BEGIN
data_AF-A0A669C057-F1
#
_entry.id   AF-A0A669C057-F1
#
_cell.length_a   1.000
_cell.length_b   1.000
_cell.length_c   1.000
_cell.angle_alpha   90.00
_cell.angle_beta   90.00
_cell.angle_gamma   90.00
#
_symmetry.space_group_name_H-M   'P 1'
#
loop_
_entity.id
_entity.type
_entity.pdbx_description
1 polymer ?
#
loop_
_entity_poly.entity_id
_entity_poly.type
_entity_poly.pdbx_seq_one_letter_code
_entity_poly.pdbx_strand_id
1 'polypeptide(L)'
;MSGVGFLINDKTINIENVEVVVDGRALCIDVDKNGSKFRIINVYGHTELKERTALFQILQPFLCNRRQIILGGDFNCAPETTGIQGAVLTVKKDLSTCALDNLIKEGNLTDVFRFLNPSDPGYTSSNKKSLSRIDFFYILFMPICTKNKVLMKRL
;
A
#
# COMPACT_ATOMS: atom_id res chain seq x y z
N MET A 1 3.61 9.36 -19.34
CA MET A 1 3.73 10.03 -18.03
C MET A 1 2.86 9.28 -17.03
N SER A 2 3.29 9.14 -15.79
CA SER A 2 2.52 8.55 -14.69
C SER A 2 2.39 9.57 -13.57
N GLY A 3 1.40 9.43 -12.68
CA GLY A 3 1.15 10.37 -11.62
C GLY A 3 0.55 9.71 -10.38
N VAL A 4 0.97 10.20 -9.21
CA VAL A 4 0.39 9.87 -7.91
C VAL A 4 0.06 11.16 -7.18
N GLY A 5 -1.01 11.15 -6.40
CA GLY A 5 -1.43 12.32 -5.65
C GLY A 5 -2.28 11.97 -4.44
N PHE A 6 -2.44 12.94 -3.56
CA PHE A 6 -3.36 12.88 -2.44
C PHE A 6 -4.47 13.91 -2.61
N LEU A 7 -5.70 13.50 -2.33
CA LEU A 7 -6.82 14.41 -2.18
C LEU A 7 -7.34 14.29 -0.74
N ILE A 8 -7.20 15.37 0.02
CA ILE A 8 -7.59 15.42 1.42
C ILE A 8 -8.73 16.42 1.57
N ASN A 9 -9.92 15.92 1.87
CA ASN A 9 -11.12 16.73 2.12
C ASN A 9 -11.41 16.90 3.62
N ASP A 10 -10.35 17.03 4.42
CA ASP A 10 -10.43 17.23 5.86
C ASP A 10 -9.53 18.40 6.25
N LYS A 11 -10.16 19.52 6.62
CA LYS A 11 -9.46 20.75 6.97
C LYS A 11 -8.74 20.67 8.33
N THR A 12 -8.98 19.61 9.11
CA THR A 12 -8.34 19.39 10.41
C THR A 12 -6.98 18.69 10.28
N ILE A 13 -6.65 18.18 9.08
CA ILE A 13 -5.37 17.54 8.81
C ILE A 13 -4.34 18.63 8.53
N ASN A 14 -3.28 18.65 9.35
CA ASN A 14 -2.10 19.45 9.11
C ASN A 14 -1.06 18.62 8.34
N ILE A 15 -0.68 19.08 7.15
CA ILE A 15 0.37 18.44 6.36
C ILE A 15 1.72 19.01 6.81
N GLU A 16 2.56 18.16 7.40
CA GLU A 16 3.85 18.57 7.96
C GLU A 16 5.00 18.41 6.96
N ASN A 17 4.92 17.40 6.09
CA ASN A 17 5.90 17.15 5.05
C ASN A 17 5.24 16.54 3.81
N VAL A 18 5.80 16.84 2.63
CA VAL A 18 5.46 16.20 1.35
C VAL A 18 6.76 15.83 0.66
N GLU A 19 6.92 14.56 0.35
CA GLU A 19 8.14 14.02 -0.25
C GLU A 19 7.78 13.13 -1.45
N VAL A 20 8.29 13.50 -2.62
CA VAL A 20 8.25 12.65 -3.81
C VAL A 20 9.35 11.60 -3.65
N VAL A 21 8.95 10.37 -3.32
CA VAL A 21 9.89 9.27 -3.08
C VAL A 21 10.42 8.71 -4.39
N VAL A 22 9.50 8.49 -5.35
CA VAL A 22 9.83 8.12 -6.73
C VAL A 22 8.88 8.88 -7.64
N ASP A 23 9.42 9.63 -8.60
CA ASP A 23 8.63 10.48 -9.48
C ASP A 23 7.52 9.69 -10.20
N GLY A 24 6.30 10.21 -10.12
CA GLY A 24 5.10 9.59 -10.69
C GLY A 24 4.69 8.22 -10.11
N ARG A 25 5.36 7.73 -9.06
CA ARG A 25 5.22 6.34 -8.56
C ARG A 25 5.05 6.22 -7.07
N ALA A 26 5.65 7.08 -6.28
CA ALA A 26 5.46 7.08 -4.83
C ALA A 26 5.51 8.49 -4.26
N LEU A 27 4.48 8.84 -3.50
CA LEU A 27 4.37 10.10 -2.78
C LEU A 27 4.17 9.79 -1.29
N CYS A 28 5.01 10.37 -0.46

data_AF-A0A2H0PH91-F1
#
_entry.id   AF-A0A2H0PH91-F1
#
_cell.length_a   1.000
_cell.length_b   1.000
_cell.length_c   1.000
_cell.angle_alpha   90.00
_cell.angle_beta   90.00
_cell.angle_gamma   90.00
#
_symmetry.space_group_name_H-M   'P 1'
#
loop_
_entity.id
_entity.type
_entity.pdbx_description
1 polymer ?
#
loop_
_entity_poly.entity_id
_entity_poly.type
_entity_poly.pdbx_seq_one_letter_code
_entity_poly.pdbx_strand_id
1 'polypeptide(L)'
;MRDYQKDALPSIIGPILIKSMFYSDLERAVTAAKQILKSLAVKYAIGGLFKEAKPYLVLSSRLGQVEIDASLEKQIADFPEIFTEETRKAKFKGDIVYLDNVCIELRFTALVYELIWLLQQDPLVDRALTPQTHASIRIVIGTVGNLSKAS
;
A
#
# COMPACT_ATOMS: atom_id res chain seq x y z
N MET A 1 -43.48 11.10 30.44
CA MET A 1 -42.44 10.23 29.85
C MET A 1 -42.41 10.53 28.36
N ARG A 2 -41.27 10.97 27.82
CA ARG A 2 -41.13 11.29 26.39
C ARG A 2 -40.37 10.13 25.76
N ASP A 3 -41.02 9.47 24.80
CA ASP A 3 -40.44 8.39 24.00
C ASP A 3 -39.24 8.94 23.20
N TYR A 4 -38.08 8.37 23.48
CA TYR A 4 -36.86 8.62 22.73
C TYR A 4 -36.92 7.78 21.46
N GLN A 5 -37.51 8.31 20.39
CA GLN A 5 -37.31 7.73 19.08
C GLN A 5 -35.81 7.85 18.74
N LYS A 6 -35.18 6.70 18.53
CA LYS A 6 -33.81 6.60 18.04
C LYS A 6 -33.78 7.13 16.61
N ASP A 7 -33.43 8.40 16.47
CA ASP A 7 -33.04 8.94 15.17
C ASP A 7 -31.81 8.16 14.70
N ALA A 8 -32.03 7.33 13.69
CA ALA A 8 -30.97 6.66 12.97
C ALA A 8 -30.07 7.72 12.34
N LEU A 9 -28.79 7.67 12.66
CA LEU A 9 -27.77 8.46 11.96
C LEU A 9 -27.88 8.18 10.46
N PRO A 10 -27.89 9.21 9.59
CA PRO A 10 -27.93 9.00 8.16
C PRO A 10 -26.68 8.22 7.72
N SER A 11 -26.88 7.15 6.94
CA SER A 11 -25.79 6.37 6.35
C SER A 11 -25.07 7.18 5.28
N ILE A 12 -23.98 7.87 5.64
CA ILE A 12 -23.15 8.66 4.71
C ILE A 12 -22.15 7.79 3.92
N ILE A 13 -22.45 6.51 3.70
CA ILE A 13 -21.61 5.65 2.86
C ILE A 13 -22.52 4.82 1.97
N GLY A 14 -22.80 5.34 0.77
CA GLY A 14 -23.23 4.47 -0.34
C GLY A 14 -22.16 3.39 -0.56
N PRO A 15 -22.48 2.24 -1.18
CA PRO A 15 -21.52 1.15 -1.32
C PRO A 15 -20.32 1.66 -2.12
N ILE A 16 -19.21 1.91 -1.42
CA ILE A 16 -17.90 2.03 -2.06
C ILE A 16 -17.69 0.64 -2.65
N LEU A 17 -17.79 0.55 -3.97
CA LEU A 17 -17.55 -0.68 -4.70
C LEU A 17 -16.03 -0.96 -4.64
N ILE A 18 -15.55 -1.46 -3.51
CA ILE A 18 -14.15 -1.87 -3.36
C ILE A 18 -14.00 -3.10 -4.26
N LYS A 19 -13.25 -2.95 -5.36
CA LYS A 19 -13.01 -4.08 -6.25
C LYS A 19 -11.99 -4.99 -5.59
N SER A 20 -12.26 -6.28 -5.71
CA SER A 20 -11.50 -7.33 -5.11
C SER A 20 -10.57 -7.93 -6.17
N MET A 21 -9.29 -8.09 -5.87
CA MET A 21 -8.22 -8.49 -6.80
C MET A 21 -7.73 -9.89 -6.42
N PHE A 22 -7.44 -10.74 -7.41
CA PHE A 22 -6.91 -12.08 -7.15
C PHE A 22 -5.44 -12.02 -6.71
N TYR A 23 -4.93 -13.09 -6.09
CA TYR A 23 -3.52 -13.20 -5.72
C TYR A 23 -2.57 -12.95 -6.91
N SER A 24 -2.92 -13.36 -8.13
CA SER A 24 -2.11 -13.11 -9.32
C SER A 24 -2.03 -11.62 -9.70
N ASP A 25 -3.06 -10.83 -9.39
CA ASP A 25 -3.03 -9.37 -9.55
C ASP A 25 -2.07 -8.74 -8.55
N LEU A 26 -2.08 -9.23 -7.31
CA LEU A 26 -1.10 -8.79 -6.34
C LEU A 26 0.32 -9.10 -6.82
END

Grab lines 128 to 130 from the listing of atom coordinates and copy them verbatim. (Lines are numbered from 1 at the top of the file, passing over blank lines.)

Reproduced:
_entity.type
_entity.pdbx_description
1 polymer ?